Three cheers for the supervisors
Award of Excellence in Graduate Supervision recognizes outstanding mentorship of master’s and PhD students
Award of Excellence in Graduate Supervision recognizes outstanding mentorship of master’s and PhD studentsBy Brian Caldwell, Wendy Philpott and Jon Parsons Faculty of Engineering, Faculty of Arts and Faculty of Mathematics
Each year at Spring Convocation, Graduate Studies and Postdoctoral Affairs (GSPA) and the Graduate Student Association (GSA) recognize outstanding professors who went above and beyond in their work as supervisors.
The nominations and adjudication for the annual Award of Excellence in Graduate Supervision use submissions from former graduate students themselves, who rate and reflect on their experiences working with faculty members.
This year’s winners are Claudio Cañizares, Jay Dolmage and Gord Willmot.
Claudio Cañizares is a professor of electrical and computer engineering, a Hydro One Endowed Chair and executive director of the Waterloo Institute for Sustainable Energy. He obtained his undergraduate degree in Ecuador, and master’s and doctoral degrees at the University of Wisconsin-Madison.
Cañizares has held a variety of academic and administrative positions since joining Waterloo in 1993. His research focuses on the stability, control, modeling, simulation and computational issues in bulk power systems, microgrids and energy systems.
Author or co-author of over 350 academic publications, Cañizares has also supervised or co-supervised more than 170 graduate students and research fellows.
In a citation for the award, longtime colleague Siva Sivoththaman described him as a demanding but extremely supportive supervisor whose students have gone on to impressive careers in industry and academia.
Cañizares himself counts being friendly, “but not overly so,” as well as professional, accommodating and considerate as key traits for an effective supervisor. He also stresses the need for respect, encouragement, recognition and fairness to go along with high expectations.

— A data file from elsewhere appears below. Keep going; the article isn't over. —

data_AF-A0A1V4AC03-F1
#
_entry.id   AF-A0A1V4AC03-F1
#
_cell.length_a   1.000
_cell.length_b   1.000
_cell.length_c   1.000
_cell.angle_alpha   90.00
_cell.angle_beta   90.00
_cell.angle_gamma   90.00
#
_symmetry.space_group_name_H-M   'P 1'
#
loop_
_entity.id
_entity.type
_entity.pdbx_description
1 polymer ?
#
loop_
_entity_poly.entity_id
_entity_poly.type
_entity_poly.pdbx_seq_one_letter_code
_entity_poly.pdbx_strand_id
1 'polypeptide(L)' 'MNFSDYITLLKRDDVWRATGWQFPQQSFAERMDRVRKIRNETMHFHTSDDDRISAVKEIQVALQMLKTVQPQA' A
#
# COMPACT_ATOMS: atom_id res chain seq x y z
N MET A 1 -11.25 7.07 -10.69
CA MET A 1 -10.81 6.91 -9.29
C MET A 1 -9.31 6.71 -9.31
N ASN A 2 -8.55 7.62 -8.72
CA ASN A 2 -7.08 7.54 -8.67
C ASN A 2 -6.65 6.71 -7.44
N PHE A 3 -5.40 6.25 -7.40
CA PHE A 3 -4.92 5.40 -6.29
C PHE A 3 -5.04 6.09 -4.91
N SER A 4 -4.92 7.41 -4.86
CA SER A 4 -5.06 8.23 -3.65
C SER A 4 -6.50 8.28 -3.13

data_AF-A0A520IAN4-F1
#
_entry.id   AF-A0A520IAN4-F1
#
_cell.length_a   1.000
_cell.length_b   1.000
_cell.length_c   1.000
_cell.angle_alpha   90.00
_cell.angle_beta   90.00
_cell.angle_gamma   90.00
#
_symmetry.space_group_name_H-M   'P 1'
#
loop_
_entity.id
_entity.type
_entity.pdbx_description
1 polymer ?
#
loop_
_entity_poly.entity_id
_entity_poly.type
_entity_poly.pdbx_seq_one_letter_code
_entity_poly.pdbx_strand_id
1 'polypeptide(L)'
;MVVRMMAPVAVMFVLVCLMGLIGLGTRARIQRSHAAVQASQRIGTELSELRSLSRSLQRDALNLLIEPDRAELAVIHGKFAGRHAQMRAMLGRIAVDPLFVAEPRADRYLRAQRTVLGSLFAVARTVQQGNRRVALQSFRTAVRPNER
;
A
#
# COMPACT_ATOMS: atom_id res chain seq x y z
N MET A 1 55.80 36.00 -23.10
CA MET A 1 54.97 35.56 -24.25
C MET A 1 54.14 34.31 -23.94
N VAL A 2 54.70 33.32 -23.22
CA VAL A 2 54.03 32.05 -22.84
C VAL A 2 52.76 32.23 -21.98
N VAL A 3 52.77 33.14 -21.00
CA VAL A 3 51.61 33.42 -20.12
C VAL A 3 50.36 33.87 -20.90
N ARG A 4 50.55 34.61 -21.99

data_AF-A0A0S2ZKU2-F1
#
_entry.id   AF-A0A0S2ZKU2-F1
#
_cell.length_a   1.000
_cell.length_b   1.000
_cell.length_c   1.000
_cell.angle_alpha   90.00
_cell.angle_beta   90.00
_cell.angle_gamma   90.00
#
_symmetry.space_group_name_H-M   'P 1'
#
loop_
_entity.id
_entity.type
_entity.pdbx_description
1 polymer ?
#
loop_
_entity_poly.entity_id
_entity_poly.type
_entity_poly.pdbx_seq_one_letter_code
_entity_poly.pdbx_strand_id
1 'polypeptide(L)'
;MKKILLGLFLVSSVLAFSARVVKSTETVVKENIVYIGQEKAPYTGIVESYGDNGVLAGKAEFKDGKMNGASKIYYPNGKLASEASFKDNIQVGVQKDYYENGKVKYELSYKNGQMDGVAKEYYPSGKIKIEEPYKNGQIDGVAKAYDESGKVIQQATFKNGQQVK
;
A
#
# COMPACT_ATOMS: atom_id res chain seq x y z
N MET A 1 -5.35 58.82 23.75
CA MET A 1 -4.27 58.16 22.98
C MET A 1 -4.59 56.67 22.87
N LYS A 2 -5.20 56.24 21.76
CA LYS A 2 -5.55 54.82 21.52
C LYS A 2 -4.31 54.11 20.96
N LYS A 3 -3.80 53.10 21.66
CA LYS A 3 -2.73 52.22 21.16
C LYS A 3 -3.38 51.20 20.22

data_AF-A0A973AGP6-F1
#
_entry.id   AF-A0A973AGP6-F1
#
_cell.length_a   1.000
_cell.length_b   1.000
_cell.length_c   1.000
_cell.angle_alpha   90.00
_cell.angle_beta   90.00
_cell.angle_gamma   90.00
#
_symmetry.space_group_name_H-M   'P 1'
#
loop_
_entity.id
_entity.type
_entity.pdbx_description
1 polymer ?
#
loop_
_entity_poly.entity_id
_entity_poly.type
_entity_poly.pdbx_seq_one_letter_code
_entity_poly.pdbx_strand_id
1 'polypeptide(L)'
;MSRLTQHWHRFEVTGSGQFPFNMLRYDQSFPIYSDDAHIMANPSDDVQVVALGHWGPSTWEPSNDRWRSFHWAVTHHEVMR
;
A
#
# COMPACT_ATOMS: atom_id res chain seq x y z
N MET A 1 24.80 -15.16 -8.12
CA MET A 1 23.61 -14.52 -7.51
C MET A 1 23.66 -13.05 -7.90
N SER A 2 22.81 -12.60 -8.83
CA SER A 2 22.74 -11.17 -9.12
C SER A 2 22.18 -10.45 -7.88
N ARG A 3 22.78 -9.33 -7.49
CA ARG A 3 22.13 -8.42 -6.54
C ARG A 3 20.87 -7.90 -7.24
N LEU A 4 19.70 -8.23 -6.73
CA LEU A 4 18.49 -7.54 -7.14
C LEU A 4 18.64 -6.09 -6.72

His final word? “Put the interests and needs of students first.”
Jay Dolmage, professor of English, is the epitome of a student-focused faculty member. He is as dedicated to mentoring, advising and instilling confidence in his graduate students as to his own scholarship.
Dolmage is widely published on topics both timely and significant – disability, accessibility, race and immigration. He is a founding editor of the multidisciplinary Canadian Journal of Disability Studies and in 2020 was named to the RSC’s College of New Scholars, Artists and Scientists.
In his decade at Waterloo, Dolmage has supervised nine PhDs to completion, is currently overseeing seven dissertations and served on more than 19 PhD committees providing support and advice to students both within and outside the Department of English Language and Literature.
Attributing graduate success to collaboration and teamwork, Dolmage encourages his students to explore interests, even if it means switching lanes. “It’s part of the natural process of intellectual curiosity and learning. So the approach to supervising sometimes has to change too.”
Renowned among students for his support of work-life balance, Dolmage says research needs to fit around real life. “Students’ lives are diverse, often challenging and life doesn’t stop even when they are writing a dissertation.”
Gord Willmot is a professor of statistics and actuarial science.
He is a widely sought-after supervisor, due in large part to his significant contributions to research, his stature in the scholarly community and his storied career.
Willmot began his work at Waterloo as an undergraduate student in 1975, then went on to complete his master’s and PhD at Waterloo before joining the faculty.
He has supervised some 65 master’s, PhD and post-doctoral research projects during his tenure with the Department of Statistics and Actuarial Sciences.
Willmot’s approach to mentorship and supervision is based on the ways he himself was mentored and the collegiality that he was shown. He likens supervision of graduate students to paying it forward, and notes with pride that many of his former graduate students have become respected colleagues and friends.
“For me, it all comes down to respect and collegiality,” said Willmot. “I think the key to supervision is to give the student the opportunity to pursue their own interests and to respect their autonomy.”
The University of Waterloo acknowledges that much of our work takes place on the traditional territory of the Neutral, Anishinaabeg and Haudenosaunee peoples. Our main campus is situated on the Haldimand Tract, the land granted to the Six Nations that includes six miles on each side of the Grand River. Our active work toward reconciliation takes place across our campuses through research, learning, teaching, and community building, and is centralized within our Office of Indigenous Relations.